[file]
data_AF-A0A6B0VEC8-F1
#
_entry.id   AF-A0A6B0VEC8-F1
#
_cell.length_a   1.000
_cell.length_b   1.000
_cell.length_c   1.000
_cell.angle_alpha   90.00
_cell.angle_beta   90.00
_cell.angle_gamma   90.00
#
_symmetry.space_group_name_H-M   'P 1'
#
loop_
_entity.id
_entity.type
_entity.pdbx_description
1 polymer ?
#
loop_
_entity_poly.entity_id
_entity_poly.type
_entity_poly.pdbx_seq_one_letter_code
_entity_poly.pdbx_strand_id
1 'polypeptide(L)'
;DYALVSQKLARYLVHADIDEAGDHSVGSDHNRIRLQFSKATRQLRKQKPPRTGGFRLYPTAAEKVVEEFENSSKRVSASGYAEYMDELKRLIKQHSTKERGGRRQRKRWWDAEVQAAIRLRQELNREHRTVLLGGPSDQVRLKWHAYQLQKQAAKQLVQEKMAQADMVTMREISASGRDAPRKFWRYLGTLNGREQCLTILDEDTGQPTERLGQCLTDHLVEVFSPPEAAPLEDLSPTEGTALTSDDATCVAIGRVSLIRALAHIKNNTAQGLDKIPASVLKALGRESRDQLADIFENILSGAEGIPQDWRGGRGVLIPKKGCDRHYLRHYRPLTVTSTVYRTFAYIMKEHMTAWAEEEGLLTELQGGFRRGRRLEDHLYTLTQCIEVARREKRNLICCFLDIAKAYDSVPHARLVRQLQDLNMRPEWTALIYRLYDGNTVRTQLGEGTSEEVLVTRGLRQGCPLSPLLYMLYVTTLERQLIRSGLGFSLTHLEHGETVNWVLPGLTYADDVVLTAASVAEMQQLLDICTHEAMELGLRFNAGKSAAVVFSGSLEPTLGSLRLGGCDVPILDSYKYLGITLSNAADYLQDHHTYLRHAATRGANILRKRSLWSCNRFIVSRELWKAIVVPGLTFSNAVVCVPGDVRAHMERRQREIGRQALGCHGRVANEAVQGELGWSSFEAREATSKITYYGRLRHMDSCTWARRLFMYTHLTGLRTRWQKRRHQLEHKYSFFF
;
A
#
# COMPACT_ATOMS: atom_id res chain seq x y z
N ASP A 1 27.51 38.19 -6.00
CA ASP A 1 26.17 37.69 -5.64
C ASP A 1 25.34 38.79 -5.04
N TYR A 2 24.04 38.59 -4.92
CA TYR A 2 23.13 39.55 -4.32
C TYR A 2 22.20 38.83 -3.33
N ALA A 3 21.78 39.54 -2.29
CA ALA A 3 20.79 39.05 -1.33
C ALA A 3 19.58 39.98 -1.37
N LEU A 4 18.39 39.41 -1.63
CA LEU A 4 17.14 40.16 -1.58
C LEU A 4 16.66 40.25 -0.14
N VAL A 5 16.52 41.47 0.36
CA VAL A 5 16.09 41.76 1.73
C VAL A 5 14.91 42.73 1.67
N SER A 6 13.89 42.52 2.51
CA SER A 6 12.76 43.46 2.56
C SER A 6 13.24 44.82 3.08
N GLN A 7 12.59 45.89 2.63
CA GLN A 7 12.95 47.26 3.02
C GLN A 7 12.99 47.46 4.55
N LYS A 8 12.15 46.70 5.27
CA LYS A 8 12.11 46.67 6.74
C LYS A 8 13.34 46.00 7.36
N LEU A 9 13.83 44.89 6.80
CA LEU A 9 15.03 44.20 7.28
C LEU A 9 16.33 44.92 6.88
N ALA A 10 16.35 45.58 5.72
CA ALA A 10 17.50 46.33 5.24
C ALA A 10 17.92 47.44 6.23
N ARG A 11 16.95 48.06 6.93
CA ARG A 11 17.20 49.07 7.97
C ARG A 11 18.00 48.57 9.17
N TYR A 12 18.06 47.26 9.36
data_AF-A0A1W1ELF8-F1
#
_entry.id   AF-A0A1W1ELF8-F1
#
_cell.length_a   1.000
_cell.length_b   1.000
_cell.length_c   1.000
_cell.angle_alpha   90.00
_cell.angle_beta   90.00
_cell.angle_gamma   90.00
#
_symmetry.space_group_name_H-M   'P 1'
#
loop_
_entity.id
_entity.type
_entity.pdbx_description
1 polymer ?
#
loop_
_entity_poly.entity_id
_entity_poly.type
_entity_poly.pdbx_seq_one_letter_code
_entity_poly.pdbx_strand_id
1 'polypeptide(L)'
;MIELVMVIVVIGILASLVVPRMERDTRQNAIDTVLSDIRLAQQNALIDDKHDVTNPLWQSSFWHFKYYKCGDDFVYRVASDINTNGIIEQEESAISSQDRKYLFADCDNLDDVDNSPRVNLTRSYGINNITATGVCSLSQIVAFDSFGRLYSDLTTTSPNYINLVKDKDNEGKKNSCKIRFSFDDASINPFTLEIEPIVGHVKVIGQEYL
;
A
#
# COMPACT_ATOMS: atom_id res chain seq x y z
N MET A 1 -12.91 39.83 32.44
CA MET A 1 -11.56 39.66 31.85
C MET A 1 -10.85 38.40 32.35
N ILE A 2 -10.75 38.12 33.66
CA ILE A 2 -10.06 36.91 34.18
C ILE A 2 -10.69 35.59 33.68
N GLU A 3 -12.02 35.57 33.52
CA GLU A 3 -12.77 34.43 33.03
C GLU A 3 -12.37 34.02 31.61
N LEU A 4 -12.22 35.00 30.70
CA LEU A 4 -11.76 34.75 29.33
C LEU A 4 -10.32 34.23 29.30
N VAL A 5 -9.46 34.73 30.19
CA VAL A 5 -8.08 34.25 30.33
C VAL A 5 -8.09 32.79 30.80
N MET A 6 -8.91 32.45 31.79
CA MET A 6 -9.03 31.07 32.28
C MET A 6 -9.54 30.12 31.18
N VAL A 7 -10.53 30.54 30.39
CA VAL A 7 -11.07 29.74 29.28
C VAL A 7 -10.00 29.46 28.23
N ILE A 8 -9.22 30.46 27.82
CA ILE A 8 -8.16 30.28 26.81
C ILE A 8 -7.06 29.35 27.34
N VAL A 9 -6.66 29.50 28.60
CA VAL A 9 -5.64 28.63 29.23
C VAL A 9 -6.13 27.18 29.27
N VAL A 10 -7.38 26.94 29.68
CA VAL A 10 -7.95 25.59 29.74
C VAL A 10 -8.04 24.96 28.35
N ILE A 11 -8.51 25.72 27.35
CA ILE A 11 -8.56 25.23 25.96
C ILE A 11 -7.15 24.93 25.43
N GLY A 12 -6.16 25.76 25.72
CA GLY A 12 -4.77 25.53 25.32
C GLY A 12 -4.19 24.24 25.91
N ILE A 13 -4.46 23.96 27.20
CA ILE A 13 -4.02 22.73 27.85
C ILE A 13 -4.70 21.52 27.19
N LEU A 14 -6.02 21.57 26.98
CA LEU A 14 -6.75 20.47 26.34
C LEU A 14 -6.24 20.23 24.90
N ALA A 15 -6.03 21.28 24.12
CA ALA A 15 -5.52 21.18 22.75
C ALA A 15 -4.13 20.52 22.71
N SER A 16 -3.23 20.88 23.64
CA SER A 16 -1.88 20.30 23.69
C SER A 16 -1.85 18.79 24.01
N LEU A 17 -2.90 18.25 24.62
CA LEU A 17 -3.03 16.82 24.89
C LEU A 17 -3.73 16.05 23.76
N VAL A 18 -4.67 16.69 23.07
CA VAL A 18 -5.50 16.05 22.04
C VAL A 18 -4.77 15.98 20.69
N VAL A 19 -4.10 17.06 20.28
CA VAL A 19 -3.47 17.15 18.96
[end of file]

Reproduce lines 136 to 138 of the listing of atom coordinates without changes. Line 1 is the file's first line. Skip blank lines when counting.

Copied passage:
C LEU A 14 -6.24 20.23 24.90
N ALA A 15 -6.03 21.28 24.12
CA ALA A 15 -5.52 21.18 22.75